Ok, all my friends.....I'm on here all the time complaining about air holes in my cakes, I've tried EVERYTHING!!! Something came to mind as a possible culprit....could I possibly be waiting too long to get the cake batter into the oven? I've been spending so much time banging the pans on counter, running knife through batter, waiting for bubbles to quit coming up (which they never do) etc. could that actually be causing the air bubbles?
That might be a cause, yes... the baking soda does not need heat to start bubbling...If you wait too long those bubbles will start forming and getting together (since the batter is runny) and become big bubbles....I put my cakes in the oven as soon as I finish mixing.
MamaGeese I don't see how that can be any part of it. Im limited to baking EVERYTHING in a toaster oven. My cake recipe that makes 3 pans worth but can bake only one at a time so the other2 sit on the counter waiting their turn to get hot. I have much more time to play with breaking bubbles which seems to make my batters end up with much less. I'm thinking you might be over beating you batter. Are the beaters covered with batter? Are you mixing at a high speed? Maybe, just maybe you need to slow down &/or use a deep,narrow bowl so the beaters get covered with batter? :) ?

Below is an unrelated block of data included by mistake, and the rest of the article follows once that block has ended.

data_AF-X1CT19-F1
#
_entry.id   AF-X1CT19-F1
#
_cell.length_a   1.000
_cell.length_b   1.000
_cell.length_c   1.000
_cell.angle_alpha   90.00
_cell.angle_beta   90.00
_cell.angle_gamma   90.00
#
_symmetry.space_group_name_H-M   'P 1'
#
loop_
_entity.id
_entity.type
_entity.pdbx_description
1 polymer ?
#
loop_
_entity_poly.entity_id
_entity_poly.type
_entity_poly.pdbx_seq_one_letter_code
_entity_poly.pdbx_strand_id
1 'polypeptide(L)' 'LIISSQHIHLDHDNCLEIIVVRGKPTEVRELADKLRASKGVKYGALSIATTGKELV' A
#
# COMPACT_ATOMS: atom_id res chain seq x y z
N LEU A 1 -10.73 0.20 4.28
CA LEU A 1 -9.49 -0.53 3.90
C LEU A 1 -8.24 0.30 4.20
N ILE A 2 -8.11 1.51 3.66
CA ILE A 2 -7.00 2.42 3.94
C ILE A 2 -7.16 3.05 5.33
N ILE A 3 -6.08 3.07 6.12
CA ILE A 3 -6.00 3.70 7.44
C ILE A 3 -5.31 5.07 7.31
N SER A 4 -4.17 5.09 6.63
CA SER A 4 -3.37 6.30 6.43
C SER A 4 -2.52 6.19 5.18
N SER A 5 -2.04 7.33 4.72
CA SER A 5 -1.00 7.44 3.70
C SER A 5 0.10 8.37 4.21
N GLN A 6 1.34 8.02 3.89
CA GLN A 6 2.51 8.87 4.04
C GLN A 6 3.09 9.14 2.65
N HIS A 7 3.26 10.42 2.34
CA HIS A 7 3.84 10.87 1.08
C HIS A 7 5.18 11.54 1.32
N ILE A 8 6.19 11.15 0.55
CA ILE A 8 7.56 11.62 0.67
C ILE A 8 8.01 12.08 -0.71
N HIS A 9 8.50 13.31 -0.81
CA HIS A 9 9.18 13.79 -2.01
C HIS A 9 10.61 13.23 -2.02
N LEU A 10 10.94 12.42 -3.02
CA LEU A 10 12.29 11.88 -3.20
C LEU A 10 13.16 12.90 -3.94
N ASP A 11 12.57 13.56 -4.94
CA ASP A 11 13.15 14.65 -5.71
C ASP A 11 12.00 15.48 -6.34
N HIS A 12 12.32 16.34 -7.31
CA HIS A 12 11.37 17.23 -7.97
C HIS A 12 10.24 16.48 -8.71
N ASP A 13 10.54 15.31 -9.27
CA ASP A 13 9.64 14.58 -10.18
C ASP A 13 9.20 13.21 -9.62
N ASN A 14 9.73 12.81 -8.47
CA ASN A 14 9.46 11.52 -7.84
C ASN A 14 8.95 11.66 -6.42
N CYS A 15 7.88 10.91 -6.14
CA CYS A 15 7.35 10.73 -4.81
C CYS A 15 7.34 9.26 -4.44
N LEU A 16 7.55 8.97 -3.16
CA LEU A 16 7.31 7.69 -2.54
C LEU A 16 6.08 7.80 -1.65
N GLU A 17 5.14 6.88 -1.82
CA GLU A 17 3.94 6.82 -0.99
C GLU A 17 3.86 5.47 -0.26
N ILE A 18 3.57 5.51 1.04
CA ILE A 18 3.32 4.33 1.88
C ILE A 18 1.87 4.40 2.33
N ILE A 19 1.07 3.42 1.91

Ok, one more shot friends....it dawned on me, that I work harder today trying to get air bubbles out of batter than I ever did as a newbie way back in the day...I usually use a skewer to run through batter to break up bubbles, well I decided I wouldn't do that and see what happened...the finished cake actually had less holes! Still more than I want, but not nearly as bad. Could I actually have been creating air pockets in batter by running skewer through batter?
solution to problem. 1. stop running things thru batter, you are adding air. 2. to prevent problem in the first place.... make sure eggs, oil, milk, water or any ingredients that are “wet” are room temp before adding to your mix. 3. Repeat number 2. lol. 4. once batter is in pan, raise the pan about five inches and drop it on counter, do this maybe two-three times... note.. you will only have at the most 4 or 5 bubbles come to top. use a cake tester stick, or toothpick to prick those annoying few bubbles... 5. an extra tip.. lightly spin your pan, so the batter goes up the sides a little and then put in oven. Doing that will give you perfect edges, no burning, no sloping on the corners. absolutely perfect sharp edges.
hope this helps. it took me years to perfect this.